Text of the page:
9 Mental Traps of Imposter Syndrome

Your lack of self-confidence is more serious than you think.

Melody Wilding, LMSW

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Many high-achievers share a dirty little secret: deep down they feel like complete frauds.

They worry that they’ll be exposed as untalented fakers and say their accomplishments have been due to luck.

This psychological phenomenon, known as Impostor Syndrome, reflects is the core belief that you are an inadequate, incompetent, and a failure — despite evidence that indicates you’re skilled and successful.

Impostor Syndrome makes people feel like an intellectual fraud, rendering them unable to internalize — let alone celebrate — their achievements. Studies have shown this lack of self-belief is correlated with anxiety, low confidence, and self-sabotage.

From a psychological standpoint, Impostor Syndrome may be influenced by certain factors early in life, particularly the development of certain beliefs and attitude towards success and one’s self-worth.

Let’s take a look at exactly what thoughts run through the minds of people with Impostor Syndrome.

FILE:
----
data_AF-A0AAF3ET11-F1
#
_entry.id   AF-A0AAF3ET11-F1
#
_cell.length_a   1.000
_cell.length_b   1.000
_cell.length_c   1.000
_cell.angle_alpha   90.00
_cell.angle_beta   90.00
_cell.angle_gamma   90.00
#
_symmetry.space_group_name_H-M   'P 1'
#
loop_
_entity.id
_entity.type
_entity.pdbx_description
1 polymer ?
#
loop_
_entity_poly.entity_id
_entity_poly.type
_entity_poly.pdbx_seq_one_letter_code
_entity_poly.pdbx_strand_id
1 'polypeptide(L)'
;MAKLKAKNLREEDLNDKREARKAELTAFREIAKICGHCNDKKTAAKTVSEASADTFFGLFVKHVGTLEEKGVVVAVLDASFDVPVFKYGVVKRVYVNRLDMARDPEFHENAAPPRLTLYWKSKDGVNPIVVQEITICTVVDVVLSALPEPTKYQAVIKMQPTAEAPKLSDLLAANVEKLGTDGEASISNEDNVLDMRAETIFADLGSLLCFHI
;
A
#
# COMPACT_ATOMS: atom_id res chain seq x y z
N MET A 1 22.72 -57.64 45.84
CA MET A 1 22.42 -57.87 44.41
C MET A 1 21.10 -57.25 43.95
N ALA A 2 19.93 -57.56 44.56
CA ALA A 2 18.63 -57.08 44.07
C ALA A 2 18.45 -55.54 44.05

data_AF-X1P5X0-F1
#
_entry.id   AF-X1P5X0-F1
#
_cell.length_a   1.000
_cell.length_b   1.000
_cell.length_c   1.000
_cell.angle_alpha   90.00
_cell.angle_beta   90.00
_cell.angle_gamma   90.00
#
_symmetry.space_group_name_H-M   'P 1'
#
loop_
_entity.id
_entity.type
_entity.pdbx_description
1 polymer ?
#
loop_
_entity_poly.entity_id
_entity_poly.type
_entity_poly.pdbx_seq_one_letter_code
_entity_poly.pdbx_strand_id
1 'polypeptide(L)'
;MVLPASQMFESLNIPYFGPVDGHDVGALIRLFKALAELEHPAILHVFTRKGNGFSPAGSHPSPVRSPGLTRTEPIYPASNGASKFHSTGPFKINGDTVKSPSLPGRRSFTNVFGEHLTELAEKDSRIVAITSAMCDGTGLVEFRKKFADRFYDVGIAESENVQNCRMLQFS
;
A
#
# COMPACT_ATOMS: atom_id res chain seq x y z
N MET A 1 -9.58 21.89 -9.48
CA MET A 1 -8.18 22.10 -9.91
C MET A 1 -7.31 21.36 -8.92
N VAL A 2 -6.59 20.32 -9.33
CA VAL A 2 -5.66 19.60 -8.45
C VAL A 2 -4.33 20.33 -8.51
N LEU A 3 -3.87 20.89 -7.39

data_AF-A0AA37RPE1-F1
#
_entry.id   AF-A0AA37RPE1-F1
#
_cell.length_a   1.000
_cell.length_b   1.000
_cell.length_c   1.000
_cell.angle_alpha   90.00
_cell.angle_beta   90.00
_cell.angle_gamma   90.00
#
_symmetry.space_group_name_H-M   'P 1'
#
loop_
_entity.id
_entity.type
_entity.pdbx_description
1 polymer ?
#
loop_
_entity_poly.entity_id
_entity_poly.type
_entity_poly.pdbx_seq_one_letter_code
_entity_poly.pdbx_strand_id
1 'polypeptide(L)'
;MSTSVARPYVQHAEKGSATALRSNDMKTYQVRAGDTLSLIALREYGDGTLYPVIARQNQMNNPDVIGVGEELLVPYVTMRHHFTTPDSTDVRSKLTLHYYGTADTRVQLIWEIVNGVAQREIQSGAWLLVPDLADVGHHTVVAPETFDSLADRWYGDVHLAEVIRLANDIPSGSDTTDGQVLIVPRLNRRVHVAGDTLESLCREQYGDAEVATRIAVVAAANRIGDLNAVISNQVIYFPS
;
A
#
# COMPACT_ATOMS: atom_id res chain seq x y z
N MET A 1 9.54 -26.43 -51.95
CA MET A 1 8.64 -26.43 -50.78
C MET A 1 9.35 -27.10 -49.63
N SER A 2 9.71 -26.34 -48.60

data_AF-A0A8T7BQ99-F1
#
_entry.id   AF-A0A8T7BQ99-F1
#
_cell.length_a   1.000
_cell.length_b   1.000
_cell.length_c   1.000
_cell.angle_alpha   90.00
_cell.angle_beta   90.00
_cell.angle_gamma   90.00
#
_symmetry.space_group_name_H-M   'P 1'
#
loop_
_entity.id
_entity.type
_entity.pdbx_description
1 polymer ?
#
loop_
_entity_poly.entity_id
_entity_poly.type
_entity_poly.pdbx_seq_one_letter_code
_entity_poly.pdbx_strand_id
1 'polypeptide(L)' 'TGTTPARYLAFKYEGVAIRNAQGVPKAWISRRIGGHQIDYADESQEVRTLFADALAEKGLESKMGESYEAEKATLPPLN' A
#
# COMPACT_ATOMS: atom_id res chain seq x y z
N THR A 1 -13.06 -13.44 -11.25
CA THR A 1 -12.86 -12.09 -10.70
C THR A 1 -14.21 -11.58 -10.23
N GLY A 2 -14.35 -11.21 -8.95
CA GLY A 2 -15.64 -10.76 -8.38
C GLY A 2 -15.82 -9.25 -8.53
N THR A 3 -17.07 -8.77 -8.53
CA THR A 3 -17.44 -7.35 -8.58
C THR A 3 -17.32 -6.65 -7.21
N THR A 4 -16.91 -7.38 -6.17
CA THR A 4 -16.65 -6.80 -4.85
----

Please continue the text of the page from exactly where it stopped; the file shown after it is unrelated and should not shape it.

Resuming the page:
Thoughts of Imposter Syndrome

Do any of these apply to you?

1. “I’m a fake and I’m going to be found out.”

People with Impostor Syndrome believe they don’t deserve success.

They may believe about themselves, “I can give the impression that I’m more competent than I really am” or “I’m afraid my colleagues will discover how little I really know.” They fear being unmasked and having their perceived phoniness revealed.

Feeling as if they just narrowly escaped professional catastrophe time and time again creates a constant feeling of stress and anxiety that can color all of their work and relationships in a damaging way.

2. “I lucked out.”

Those who believe themselves to be impostors often attribute their accomplishments to luck. They may think, “I was in the right place at the right time” or “That was a fluke.”

These thoughts signal a fear that they won’t be able to repeat the success in the future, and speaks to…

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Melody Wilding, LMSW

Author of TRUST YOURSELF. Executive coach to Sensitive Strivers. Human behavior professor. Featured in NYT, NBC, CNN. https://melodywilding.com/book